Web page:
Look at all the amazing colors reflected in the already green water!

Look at all the amazing colors reflected in the already green water!

Orange canyon wall on the left, soft peach and yellows on the right and lavender and blue in the back... color everywhere!

Orange canyon wall on the left, soft peach and yellows on the right and lavender and blue in the back... color everywhere!

River Painting Trip: Post 2 - sleep on it

All but one night we slept under the stars on cots. Each of us scurried off the boat at the end of the day to select our camp for the night. Some liked to group together, others preferred to find a corner to themselves - I tried both! Here are some of my favorite 'bedrooms!'

My 'bedroom' at mile 47 1/2, Upper Saddle Camp

My 'bedroom' at mile 47 1/2, Upper Saddle Camp

My 'bedroom' at Mile 115, Lower Garnet Camp.

My 'bedroom' at Mile 115, Lower Garnet Camp.

My 'bedroom' at Panchos Kitchen, mile 137 1/2. I stuck driftwood into the rock crevasses to hang my clothes.

My 'bedroom' at Panchos Kitchen, mile 137 1/2. I stuck driftwood into the rock crevasses to hang my clothes.

Last bedroom of the trip, I was the only one to sleep right on the river, loved listening the the rapids all night. Three Springs, mile 216 1/2.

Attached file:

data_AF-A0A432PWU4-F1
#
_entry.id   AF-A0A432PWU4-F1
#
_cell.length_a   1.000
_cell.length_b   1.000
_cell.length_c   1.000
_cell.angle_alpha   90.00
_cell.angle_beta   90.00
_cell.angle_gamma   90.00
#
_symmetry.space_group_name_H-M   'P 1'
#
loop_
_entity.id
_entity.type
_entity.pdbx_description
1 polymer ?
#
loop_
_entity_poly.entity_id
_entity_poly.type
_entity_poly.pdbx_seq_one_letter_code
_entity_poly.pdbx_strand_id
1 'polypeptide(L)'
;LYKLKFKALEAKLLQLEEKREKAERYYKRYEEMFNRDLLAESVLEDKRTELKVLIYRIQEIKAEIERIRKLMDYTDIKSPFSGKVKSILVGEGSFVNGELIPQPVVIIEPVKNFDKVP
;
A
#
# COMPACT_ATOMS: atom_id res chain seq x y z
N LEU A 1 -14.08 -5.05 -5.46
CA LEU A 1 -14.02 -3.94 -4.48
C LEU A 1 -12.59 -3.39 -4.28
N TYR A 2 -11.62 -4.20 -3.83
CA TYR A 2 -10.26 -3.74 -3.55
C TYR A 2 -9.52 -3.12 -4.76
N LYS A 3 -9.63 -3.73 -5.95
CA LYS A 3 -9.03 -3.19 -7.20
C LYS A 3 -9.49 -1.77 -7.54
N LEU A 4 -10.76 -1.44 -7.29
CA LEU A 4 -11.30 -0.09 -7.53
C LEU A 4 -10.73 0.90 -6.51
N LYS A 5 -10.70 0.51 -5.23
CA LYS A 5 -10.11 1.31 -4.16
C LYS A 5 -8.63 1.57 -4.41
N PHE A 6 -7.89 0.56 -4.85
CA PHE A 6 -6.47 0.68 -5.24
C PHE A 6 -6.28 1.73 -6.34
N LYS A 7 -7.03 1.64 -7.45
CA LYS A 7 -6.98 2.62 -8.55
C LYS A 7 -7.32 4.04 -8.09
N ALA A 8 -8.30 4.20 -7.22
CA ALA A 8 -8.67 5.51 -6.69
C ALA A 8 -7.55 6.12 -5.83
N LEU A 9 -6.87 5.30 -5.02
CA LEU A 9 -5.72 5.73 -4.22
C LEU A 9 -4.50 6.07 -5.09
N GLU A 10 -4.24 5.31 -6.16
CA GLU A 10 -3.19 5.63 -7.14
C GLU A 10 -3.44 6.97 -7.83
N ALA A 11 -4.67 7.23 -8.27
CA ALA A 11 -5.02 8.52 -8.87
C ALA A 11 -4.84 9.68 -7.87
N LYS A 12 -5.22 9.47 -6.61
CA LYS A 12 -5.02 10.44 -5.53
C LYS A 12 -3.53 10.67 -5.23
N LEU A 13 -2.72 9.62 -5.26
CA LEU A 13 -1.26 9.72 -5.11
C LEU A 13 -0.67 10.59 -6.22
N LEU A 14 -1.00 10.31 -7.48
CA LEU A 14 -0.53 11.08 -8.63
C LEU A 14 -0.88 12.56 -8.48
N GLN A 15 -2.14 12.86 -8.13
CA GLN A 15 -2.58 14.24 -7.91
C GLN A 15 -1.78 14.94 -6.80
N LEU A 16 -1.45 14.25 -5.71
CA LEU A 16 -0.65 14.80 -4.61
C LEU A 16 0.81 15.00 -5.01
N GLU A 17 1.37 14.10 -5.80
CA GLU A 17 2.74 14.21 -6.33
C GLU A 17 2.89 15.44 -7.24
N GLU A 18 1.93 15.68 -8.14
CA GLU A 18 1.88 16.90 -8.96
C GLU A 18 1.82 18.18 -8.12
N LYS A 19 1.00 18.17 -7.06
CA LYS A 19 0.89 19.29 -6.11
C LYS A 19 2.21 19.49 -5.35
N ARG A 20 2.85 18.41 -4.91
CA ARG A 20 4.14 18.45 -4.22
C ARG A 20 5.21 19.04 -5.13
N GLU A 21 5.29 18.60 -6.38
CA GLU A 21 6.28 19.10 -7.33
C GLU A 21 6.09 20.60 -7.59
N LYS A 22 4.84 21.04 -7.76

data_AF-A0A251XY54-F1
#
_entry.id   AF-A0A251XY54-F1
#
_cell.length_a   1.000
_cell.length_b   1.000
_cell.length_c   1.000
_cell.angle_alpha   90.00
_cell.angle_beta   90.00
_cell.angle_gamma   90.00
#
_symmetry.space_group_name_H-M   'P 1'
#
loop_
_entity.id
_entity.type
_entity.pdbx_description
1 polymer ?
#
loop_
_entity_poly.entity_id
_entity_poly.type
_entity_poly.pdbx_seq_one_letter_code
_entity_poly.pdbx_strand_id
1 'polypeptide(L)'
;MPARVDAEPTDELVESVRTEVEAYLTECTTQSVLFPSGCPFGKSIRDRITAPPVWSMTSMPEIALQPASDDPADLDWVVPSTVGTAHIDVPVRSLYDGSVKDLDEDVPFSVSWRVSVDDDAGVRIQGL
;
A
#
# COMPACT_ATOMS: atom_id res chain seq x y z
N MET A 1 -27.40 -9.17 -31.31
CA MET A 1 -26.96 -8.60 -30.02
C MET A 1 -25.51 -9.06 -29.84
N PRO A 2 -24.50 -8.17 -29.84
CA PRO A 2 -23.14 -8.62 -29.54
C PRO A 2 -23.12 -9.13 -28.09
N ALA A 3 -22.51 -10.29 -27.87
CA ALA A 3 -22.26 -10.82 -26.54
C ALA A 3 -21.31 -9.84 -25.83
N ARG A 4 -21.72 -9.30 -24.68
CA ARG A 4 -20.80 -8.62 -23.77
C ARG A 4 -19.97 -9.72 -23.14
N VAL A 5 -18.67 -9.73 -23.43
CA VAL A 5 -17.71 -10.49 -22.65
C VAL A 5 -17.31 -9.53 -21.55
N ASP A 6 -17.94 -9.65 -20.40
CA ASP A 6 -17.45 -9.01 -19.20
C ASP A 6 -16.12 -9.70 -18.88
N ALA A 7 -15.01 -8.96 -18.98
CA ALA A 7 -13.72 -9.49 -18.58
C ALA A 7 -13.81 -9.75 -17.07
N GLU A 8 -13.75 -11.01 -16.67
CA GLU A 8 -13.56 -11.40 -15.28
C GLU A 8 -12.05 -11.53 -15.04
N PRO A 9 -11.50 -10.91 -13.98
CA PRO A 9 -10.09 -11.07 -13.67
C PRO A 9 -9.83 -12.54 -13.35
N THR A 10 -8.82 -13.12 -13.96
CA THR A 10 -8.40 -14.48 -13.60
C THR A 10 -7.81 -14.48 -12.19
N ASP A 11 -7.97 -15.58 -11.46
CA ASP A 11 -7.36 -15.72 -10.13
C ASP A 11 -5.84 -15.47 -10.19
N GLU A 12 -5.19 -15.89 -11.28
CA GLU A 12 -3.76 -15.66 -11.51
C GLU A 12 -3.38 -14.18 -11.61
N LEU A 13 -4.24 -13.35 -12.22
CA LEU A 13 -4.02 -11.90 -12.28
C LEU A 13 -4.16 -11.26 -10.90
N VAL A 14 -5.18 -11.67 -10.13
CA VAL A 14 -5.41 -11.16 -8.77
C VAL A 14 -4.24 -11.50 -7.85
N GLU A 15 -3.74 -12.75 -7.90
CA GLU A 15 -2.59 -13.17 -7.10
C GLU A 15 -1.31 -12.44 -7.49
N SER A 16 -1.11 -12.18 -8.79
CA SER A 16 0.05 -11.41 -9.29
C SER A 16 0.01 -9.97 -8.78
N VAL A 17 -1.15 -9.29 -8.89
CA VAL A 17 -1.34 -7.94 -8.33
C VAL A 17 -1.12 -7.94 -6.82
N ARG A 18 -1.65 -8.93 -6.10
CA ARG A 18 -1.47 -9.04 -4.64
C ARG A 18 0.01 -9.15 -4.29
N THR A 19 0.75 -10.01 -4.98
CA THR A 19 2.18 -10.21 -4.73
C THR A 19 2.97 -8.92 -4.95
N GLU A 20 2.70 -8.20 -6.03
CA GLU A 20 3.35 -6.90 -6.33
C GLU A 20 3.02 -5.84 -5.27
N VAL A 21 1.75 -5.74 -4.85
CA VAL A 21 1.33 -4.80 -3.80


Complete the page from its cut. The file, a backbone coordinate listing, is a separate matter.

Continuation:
Last bedroom of the trip, I was the only one to sleep right on the river, loved listening the the rapids all night. Three Springs, mile 216 1/2.

Not to be overlooked... there is the potty situation. Tucked away as best possible, a lovely diamond plate commode was set up at every camp. A hand washing station and bag of TP was at a pathway before the potty, so if the TP bag was missing... it was in use!

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River Painting Trip: Post 1 - 280 miles

... and that would be the full length of the Colorado River through the Grand Canyon! May 17 – May 24th. Launched at Lees Ferry and disembarked at Pearce Ferry.

Usually described as 'a trip of a lifetime' my 8 days on the river did not disappoint. I signed up for this trip one year and one month ago! Arizona artist Cody DeLong has organized these trips for painters for the past 9 years and this trip was his 10th. Grand Canyon Expedition Company was our rafting company and two fabulous women, Den and Hannah, loaded all our gear, fed us, entertained us and above all - guided us expertly through the renowned rapids of the Colorado River

Just look at the colors in the water!

Just look at the colors in the water!